“No.” Roy cut Grunt off definitively. “We are not feeding a sixth person into the carnage, it is simply not going to help.”

“Harp.” Grunt gave his old friend a patient look. “It’s been ten years. General Oldfathers doesn’t have an army anymore and he’s not getting any younger.”

“Age and magic don’t tie together like age and strength, Grunt.”

“Plus we’ve got you and O’Hara so it’s not like we’re helpless on that score.”

Reeds cleared his throat. “I have some skill in the arcane as well. And the Widow was once in the service of your Lady in Burning Stone.”

“Outside of the cants and rituals I don’t think Hearthkeepers practice a whole lot of magic.”

“We’re talking about Orphanfree, Grunt,” Roy snapped. “It doesn’t matter if we’re all master vulcanists on a mountain covered in pine trees!”

“Fine. We’ll even the odds,” Grunt said, refusing to match Roy’s intensity. “You know plenty of other firespinners for hire. Go to the semaphore tower and sent a message to a few. Call up the Strongest Man-“

Roy got out of his seat even faster the second time, the pain in his side an echo to the thud of his fist on the desk. “Don’t say it. Ignis fatuus, Grunt, I know magic isn’t your thing but you should know creatures like that hear when you name them. And they’re likely to answer. Going to one, hat in hand, never solves problems.”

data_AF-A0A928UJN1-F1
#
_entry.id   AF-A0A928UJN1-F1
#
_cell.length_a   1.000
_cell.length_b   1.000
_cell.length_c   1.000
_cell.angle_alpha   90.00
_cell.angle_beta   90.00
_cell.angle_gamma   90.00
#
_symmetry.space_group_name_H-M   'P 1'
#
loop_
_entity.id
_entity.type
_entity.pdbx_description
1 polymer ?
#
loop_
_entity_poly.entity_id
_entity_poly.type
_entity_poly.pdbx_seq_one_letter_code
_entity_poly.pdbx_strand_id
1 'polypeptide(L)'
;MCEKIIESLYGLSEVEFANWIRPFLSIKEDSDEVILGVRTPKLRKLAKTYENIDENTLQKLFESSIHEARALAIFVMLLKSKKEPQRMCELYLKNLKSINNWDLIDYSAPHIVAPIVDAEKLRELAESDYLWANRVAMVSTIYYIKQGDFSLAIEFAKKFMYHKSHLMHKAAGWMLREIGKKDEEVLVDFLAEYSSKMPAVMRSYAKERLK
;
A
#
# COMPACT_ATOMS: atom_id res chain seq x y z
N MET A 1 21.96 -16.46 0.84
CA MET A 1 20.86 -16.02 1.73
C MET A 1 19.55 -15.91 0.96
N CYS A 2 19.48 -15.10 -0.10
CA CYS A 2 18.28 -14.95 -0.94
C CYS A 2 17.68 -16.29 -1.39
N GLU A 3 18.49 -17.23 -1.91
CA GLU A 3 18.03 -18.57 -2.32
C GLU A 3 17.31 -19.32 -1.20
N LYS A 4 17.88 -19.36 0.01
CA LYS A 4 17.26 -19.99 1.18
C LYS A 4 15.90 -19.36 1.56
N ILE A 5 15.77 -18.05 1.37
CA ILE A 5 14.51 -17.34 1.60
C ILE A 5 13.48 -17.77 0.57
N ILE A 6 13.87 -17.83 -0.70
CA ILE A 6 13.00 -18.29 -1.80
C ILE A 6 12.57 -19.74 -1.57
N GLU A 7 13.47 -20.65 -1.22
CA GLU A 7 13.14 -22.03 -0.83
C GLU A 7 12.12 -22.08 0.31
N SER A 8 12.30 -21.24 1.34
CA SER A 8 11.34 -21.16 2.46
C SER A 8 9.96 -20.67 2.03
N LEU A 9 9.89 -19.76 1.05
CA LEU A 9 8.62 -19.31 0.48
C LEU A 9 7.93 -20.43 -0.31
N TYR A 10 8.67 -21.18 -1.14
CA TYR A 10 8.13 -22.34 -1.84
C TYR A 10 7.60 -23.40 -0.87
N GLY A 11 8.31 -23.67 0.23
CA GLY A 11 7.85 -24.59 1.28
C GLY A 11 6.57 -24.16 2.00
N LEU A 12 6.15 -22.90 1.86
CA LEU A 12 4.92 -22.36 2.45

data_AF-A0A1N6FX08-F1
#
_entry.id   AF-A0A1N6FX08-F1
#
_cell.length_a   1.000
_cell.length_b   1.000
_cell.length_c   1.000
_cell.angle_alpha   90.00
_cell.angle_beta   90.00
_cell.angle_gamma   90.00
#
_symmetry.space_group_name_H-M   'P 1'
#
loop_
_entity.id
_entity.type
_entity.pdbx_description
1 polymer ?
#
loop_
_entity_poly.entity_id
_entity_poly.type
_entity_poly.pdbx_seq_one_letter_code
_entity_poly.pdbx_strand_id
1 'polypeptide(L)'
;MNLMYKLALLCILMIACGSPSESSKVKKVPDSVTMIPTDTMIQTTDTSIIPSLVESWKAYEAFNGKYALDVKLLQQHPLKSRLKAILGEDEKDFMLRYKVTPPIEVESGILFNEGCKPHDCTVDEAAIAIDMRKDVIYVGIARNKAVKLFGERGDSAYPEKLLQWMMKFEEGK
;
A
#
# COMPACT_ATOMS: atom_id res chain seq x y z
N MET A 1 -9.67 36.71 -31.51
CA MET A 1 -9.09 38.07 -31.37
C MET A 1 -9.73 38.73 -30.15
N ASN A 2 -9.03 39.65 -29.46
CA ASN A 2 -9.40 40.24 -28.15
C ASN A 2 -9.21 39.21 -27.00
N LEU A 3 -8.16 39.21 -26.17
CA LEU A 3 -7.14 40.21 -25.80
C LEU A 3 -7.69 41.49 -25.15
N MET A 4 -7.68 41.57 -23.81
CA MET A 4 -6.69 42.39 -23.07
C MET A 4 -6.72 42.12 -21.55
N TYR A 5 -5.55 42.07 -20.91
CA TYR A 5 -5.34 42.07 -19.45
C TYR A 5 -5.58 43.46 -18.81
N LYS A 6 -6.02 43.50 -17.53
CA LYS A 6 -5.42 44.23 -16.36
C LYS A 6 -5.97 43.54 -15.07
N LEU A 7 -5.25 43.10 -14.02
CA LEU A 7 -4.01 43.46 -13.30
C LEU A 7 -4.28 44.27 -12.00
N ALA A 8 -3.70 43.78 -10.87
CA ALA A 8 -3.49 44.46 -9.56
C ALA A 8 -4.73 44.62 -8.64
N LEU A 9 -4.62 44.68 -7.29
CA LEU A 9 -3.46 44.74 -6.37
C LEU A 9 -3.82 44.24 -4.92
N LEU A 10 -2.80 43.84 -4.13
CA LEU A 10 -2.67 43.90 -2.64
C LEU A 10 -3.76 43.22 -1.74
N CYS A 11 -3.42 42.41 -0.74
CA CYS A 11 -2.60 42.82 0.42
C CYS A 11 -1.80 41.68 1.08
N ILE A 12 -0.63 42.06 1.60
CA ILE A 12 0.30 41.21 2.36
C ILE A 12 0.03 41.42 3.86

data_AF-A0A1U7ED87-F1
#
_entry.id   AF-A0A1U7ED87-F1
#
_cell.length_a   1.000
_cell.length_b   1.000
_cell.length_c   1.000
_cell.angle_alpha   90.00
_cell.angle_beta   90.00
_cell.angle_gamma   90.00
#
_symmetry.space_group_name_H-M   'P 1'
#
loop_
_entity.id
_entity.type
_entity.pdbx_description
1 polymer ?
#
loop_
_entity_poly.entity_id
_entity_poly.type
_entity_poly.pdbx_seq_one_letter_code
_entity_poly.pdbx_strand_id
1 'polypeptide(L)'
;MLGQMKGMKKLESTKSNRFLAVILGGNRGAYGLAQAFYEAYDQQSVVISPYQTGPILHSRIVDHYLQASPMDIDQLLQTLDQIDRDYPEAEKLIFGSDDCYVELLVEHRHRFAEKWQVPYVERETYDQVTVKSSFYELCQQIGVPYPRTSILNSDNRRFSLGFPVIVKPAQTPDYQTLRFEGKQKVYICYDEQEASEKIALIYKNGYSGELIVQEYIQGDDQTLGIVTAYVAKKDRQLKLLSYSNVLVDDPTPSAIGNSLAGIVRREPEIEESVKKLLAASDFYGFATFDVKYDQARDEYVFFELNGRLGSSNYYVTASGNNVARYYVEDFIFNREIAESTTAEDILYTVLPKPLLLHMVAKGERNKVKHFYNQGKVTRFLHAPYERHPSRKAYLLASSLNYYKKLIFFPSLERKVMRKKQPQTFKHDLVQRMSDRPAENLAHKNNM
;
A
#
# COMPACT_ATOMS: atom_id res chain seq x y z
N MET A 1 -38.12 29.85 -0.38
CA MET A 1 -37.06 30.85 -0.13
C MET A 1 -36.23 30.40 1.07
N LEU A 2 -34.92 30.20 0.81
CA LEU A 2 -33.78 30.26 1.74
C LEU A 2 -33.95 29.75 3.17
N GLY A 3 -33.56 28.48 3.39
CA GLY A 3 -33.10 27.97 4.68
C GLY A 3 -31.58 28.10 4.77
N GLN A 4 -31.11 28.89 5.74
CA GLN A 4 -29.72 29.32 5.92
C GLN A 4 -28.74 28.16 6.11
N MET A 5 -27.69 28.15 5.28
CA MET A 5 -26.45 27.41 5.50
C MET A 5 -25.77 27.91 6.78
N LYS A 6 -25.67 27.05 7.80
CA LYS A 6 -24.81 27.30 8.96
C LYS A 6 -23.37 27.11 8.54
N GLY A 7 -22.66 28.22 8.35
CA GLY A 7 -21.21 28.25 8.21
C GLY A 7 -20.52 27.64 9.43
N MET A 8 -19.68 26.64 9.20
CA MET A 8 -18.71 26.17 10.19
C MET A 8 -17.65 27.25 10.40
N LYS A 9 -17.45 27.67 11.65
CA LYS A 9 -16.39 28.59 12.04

“Not even a problem like Orphanfree?”

“Oldfathers is just a man, Grunt. That isn’t, no matter what it’s called.”

“I’ll take your word for it, Harp.” Grunt sighed. “Listen, I asked for your help but there’s no hard feelings if you don’t want to. We’re not soldiers anymore. No one’s going to hold it against you if you decide to sit this one out.”

Roy pushed away from the desk with a grunt and smoothed the front of his jacket. “Fine. If that’s how it is, then that’s how it is. It was good to see you, Grunt, circumstances notwithstanding.”

Ben nodded once then turned his attention to Reeds. “Tell me about these divinations of yours, and what they suggest is going on up on the mountains.”

It was a dismissal and Roy knew it. He collected his hat from the rack and showed himself out of Grunt’s office. Marshall stared at him the entire way.

Firespinner Chapter One – Malice in the Pines

The afternoon sun struck Roy’s eyes the moment he stepped off the Argentum Express.